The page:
As the country still attempts to come to terms with the shocking killing of primary school teacher Ashling Murphy in Tullamore, Current Affairs Editor Conor Daly looks at how this event has brought the country together and how it could change our society going forward.


“She was going for a run”. This is the poignant phrase that has been circulating around social media in the days and weeks since the fatal attack of a 23 year old woman on Wednesday the 12th of January in county Offaly. This is unfortunately far from the first killing of its kind in this country, and sadly, it will more than likely not be the last. There is, however, a sense that the public reaction to the event, both at home and abroad, could prove to be a watershed moment in terms of Ireland’s relationship with gender based violence. Indeed the phrase “watershed moment” has also been circulating around the country since the news of this incident broke. It was a point of discussion on The Late Late Show between host Ryan Tubridy and Taoiseach Micheál Martin, with the latter commenting on how the fallout from the attack has forced men in particular to think about how women are treated in this country. He made similar comments in the Dáil as he called for change to be made to misogynistic attitudes in this country.  As the long standing adage goes, “the first step in solving any problem is recognising that there is one”.


The details of the story just got worse the more they were released. 23 years old. Recently graduated. First class primary school teacher. Went for a run in broad daylight. 


Ashling Murphy was simply going about her day, most likely planning to run at the time she did so it would still be bright out. Additionally, this attack was said to be completely random. People have really struggled to grapple with this idea, that someone can do absolutely nothing wrong and have their life taken from them for no reason.


The public outcry has been strongly felt, with women, but also men, utterly at a loss as to what more has to be done in order to prevent such an atrocity from happening again. The onus is being put on men in this country, and rightly so, because the frustration being felt by women is largely down to how many precautionary measures are already being taken by women and girls around this country to keep themselves safe when they leave their houses. The fact that this incident happened in broad daylight has only added to this.


The ripple effect of this tragedy has been felt around the globe, with the strength of Ireland’s diaspora coming to the fore under the most difficult of circumstances. There were vigils held in London, New York and Dubai among other places. This is of course in addition to the numerous tributes and vigils held all around Ireland in memory of this young woman, including at the Amphitheatre here in UCC on Monday 17th January. There have also been multiple gyms and combat sports clubs offering free self defense classes to women who want, or feel the need, to learn basic self defense skills. If there are any positives to be taken from this horrible situation, it is most definitely the manner in which the people of Ireland have come together to mourn the loss of, in theory, a total stranger.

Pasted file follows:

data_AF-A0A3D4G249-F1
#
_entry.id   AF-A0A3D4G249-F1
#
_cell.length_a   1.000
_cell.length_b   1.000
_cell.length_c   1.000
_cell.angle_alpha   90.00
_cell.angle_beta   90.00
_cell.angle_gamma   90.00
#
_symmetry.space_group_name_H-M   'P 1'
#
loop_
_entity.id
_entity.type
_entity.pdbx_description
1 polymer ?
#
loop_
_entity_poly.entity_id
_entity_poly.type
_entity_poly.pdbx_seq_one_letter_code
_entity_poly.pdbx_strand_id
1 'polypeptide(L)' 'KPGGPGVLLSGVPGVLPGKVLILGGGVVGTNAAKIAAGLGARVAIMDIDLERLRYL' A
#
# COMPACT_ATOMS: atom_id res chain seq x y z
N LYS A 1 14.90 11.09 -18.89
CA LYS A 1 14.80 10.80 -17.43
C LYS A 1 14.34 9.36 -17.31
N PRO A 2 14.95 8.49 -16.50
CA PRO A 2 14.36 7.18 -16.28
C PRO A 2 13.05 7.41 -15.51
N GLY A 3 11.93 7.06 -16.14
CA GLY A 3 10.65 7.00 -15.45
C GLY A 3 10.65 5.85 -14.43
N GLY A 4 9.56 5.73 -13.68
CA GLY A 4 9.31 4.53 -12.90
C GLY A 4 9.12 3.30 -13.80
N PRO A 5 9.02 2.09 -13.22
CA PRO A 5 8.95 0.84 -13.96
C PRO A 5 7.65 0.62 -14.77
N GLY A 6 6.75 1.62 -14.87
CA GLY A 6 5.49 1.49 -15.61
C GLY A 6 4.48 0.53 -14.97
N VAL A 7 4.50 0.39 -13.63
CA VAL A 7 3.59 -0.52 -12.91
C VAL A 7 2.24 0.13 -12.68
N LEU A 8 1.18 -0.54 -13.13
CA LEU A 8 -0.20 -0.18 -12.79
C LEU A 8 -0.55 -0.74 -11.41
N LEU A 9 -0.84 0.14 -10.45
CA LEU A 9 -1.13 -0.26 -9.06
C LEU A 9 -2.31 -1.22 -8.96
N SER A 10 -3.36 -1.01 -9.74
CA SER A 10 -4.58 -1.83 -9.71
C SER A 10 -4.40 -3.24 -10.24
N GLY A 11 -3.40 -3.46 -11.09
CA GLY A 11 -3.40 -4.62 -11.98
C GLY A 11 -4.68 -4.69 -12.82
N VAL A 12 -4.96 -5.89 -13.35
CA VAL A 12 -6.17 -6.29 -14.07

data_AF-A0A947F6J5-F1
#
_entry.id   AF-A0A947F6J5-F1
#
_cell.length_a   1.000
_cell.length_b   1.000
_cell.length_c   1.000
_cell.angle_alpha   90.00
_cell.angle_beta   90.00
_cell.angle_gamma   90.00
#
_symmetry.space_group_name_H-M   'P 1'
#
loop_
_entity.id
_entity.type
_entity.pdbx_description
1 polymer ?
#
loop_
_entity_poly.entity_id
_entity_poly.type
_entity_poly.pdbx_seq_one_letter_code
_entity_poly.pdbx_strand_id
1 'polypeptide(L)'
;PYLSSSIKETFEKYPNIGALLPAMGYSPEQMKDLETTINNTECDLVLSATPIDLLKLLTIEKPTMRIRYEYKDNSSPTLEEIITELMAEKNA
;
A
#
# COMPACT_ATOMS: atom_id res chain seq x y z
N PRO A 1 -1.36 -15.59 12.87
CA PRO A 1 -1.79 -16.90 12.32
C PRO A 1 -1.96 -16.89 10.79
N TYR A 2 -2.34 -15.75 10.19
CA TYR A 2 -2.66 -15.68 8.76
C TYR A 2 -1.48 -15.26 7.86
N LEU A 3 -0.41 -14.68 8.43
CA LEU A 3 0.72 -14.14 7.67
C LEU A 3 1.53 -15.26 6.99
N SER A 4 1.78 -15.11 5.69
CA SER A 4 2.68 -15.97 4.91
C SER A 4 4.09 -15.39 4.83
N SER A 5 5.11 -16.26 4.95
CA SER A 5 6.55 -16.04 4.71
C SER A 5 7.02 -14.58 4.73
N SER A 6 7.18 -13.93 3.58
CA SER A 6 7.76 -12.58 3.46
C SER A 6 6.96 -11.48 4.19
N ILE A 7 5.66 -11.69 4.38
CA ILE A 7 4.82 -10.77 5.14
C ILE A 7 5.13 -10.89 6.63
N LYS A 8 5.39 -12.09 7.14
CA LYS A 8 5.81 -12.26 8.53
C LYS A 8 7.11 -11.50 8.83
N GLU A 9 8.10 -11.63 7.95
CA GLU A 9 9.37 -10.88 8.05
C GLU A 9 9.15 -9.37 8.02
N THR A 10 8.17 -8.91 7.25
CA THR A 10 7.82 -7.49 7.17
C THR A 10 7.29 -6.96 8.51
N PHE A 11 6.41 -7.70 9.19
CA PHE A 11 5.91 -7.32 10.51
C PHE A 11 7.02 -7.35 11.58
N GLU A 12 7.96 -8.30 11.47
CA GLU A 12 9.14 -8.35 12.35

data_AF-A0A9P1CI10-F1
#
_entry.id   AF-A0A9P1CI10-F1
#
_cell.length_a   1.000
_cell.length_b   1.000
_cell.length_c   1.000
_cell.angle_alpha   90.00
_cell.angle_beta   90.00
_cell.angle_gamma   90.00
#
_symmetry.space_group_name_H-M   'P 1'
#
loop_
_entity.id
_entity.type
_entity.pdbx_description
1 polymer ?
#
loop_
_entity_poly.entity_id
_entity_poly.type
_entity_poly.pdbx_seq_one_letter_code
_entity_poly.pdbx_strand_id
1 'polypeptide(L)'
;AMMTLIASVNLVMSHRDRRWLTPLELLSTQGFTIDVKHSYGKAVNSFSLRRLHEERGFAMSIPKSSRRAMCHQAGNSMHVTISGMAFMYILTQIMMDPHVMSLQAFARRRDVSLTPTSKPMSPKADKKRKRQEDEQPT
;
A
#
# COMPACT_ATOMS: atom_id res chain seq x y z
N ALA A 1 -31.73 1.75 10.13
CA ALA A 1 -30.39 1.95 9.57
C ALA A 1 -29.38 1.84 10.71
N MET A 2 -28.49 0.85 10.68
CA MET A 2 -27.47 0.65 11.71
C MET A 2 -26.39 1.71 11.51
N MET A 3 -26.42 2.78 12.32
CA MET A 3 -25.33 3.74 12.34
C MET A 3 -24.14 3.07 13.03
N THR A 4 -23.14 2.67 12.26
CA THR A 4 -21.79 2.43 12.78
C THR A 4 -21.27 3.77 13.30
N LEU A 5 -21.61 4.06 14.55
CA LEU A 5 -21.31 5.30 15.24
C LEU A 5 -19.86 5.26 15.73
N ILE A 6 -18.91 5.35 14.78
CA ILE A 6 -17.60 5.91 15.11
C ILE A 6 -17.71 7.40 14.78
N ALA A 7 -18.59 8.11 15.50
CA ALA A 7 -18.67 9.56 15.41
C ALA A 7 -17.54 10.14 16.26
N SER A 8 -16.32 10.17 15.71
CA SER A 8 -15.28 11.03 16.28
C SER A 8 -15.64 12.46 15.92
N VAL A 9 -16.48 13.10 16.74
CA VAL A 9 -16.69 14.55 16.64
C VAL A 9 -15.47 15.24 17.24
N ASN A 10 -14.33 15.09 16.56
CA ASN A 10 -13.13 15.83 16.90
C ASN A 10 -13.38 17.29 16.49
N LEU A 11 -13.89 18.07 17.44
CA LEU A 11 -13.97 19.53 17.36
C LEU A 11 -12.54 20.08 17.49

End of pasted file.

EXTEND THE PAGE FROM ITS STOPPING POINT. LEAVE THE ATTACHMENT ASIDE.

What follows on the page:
But in reality, the time that has elapsed since the news initially broke has proven that she wasn’t a total stranger, far from it. In a time of national and international division, the age-old value of community has shone through in what is proving to be perhaps the only glimmer of hope in this period of national grief. This value is one that binds us together, particularly in difficult moments, and reminds us that we are not as isolated as we think we are. The other side of this story is how such a heinous and unnecessary act has united people in this country. If we are to move forward and learn any lessons from this event, we have to hold on to the hope that things can improve, they simply must.


Men are realising that they need to play a bigger role than they currently do, that they need to do more to make women feel safe in this country. Students here in UCC have already taken steps to do this, with an increase reported in enrolment for the Bystander Intervention Programme, which teaches students how to become active bystanders and eradicate harmful behaviors that promote gender based violence. This issue is not one that has a single quick fix that will solve everything. It will take a concerted effort from men in particular to want to make a change, recognising that altering their behavior on an individual level can have more of an impact than they realise. The reaction of UCC students is a very promising first step and shows both a recognition of the need for change and also the desire to be part of said change.

With all the public attention that this despicable event has garnered, one can only hope that at the very least, the death of Ashling Murphy can prove to be a catalyst for changing the way we treat women in this country and that we will strive to be better for the sake of the 244 women who have died violently in this country since 1996. If that statistic is not a motivator for significant change, nothing ever will be.


    Ar dheis Dé go raibh a hanam dílis.